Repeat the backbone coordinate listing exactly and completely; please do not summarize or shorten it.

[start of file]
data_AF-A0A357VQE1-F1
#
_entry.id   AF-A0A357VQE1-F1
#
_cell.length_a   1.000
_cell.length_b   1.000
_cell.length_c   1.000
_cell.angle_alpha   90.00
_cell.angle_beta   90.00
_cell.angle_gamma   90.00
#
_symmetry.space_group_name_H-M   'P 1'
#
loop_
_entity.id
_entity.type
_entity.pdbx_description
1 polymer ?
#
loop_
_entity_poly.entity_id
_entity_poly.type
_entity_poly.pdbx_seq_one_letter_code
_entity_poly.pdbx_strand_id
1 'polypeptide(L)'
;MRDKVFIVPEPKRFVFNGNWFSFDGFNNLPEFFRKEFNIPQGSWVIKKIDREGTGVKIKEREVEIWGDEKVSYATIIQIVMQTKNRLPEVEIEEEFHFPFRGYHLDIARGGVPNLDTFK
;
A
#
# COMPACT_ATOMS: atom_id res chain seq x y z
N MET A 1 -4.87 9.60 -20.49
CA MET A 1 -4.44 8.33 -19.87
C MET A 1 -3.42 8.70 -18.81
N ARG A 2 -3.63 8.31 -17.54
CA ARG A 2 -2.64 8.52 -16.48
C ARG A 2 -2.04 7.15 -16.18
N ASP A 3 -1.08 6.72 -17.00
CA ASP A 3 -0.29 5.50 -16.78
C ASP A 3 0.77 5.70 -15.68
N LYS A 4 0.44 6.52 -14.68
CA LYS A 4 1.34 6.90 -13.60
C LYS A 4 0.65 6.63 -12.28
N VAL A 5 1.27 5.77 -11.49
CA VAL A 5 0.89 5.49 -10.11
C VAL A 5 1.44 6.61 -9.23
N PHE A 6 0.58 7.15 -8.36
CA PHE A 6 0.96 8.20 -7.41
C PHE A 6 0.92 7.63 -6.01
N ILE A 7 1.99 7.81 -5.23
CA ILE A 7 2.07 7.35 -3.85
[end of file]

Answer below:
data_AF-A0A357VQE1-F1
#
_entry.id   AF-A0A357VQE1-F1
#
_cell.length_a   1.000
_cell.length_b   1.000
_cell.length_c   1.000
_cell.angle_alpha   90.00
_cell.angle_beta   90.00
_cell.angle_gamma   90.00
#
_symmetry.space_group_name_H-M   'P 1'
#
loop_
_entity.id
_entity.type
_entity.pdbx_description
1 polymer ?
#
loop_
_entity_poly.entity_id
_entity_poly.type
_entity_poly.pdbx_seq_one_letter_code
_entity_poly.pdbx_strand_id
1 'polypeptide(L)'
;MRDKVFIVPEPKRFVFNGNWFSFDGFNNLPEFFRKEFNIPQGSWVIKKIDREGTGVKIKEREVEIWGDEKVSYATIIQIVMQTKNRLPEVEIEEEFHFPFRGYHLDIARGGVPNLDTFK
;
A
#
# COMPACT_ATOMS: atom_id res chain seq x y z
N MET A 1 -4.87 9.60 -20.49
CA MET A 1 -4.44 8.33 -19.87
C MET A 1 -3.42 8.70 -18.81
N ARG A 2 -3.63 8.31 -17.54
CA ARG A 2 -2.64 8.52 -16.48
C ARG A 2 -2.04 7.15 -16.18
N ASP A 3 -1.08 6.72 -17.00
CA ASP A 3 -0.29 5.50 -16.78
C ASP A 3 0.77 5.70 -15.68
N LYS A 4 0.44 6.52 -14.68
CA LYS A 4 1.34 6.90 -13.60
C LYS A 4 0.65 6.63 -12.28
N VAL A 5 1.27 5.77 -11.49
CA VAL A 5 0.89 5.49 -10.11
C VAL A 5 1.44 6.61 -9.23
N PHE A 6 0.58 7.15 -8.36
CA PHE A 6 0.96 8.20 -7.41
C PHE A 6 0.92 7.63 -6.01
N ILE A 7 1.99 7.81 -5.23
CA ILE A 7 2.07 7.35 -3.85